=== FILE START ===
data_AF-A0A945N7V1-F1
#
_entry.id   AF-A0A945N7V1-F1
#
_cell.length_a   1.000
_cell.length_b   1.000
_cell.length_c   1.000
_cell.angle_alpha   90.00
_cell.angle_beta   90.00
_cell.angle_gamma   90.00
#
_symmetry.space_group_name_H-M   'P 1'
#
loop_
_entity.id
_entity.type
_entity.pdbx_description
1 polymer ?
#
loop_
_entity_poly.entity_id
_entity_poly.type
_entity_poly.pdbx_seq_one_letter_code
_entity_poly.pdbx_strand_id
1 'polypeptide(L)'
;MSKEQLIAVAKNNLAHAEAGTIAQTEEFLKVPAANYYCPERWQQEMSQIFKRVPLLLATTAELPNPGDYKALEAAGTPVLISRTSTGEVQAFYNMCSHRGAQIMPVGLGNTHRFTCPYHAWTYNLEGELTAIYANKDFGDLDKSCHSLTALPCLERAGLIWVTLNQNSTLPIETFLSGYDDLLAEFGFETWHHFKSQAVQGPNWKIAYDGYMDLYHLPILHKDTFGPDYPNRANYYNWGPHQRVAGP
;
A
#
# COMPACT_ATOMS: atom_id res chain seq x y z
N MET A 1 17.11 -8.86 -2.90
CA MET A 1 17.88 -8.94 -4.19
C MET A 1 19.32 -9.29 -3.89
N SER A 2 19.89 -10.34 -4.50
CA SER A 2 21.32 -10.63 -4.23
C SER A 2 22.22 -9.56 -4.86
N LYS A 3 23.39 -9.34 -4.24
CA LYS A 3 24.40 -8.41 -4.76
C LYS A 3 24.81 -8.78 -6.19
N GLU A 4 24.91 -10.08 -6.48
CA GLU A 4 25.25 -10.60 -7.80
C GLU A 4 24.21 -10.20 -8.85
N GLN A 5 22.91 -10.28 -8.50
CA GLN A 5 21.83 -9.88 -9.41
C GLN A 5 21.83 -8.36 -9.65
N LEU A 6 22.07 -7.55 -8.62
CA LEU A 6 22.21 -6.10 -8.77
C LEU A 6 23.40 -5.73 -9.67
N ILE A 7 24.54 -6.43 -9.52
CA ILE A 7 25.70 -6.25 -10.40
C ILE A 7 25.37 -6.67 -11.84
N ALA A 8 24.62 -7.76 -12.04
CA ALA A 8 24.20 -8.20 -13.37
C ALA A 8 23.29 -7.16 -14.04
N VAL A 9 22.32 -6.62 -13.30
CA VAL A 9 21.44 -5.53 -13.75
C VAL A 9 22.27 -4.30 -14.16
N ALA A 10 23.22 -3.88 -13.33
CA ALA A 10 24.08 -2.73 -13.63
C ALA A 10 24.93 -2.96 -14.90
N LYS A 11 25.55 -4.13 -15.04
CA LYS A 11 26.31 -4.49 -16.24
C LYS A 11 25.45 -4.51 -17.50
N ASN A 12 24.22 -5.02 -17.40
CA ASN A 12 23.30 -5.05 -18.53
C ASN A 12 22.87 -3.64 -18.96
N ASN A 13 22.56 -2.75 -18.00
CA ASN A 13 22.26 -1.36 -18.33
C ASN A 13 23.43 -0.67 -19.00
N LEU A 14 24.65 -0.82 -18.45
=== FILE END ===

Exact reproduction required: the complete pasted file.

data_AF-A0A945N7V1-F1
#
_entry.id   AF-A0A945N7V1-F1
#
_cell.length_a   1.000
_cell.length_b   1.000
_cell.length_c   1.000
_cell.angle_alpha   90.00
_cell.angle_beta   90.00
_cell.angle_gamma   90.00
#
_symmetry.space_group_name_H-M   'P 1'
#
loop_
_entity.id
_entity.type
_entity.pdbx_description
1 polymer ?
#
loop_
_entity_poly.entity_id
_entity_poly.type
_entity_poly.pdbx_seq_one_letter_code
_entity_poly.pdbx_strand_id
1 'polypeptide(L)'
;MSKEQLIAVAKNNLAHAEAGTIAQTEEFLKVPAANYYCPERWQQEMSQIFKRVPLLLATTAELPNPGDYKALEAAGTPVLISRTSTGEVQAFYNMCSHRGAQIMPVGLGNTHRFTCPYHAWTYNLEGELTAIYANKDFGDLDKSCHSLTALPCLERAGLIWVTLNQNSTLPIETFLSGYDDLLAEFGFETWHHFKSQAVQGPNWKIAYDGYMDLYHLPILHKDTFGPDYPNRANYYNWGPHQRVAGP
;
A
#
# COMPACT_ATOMS: atom_id res chain seq x y z
N MET A 1 17.11 -8.86 -2.90
CA MET A 1 17.88 -8.94 -4.19
C MET A 1 19.32 -9.29 -3.89
N SER A 2 19.89 -10.34 -4.50
CA SER A 2 21.32 -10.63 -4.23
C SER A 2 22.22 -9.56 -4.86
N LYS A 3 23.39 -9.34 -4.24
CA LYS A 3 24.40 -8.41 -4.76
C LYS A 3 24.81 -8.78 -6.19
N GLU A 4 24.91 -10.08 -6.48
CA GLU A 4 25.25 -10.60 -7.80
C GLU A 4 24.21 -10.20 -8.85
N GLN A 5 22.91 -10.28 -8.50
CA GLN A 5 21.83 -9.88 -9.41
C GLN A 5 21.83 -8.36 -9.65
N LEU A 6 22.07 -7.55 -8.62
CA LEU A 6 22.21 -6.10 -8.77
C LEU A 6 23.40 -5.73 -9.67
N ILE A 7 24.54 -6.43 -9.52
CA ILE A 7 25.70 -6.25 -10.40
C ILE A 7 25.37 -6.67 -11.84
N ALA A 8 24.62 -7.76 -12.04
CA ALA A 8 24.20 -8.20 -13.37
C ALA A 8 23.29 -7.16 -14.04
N VAL A 9 22.32 -6.62 -13.30
CA VAL A 9 21.44 -5.53 -13.75
C VAL A 9 22.27 -4.30 -14.16
N ALA A 10 23.22 -3.88 -13.33
CA ALA A 10 24.08 -2.73 -13.63
C ALA A 10 24.93 -2.96 -14.90
N LYS A 11 25.55 -4.13 -15.04
CA LYS A 11 26.31 -4.49 -16.24
C LYS A 11 25.45 -4.51 -17.50
N ASN A 12 24.22 -5.02 -17.40
CA ASN A 12 23.30 -5.05 -18.53
C ASN A 12 22.87 -3.64 -18.96
N ASN A 13 22.56 -2.75 -18.00
CA ASN A 13 22.26 -1.36 -18.33
C ASN A 13 23.43 -0.67 -19.00
N LEU A 14 24.65 -0.82 -18.45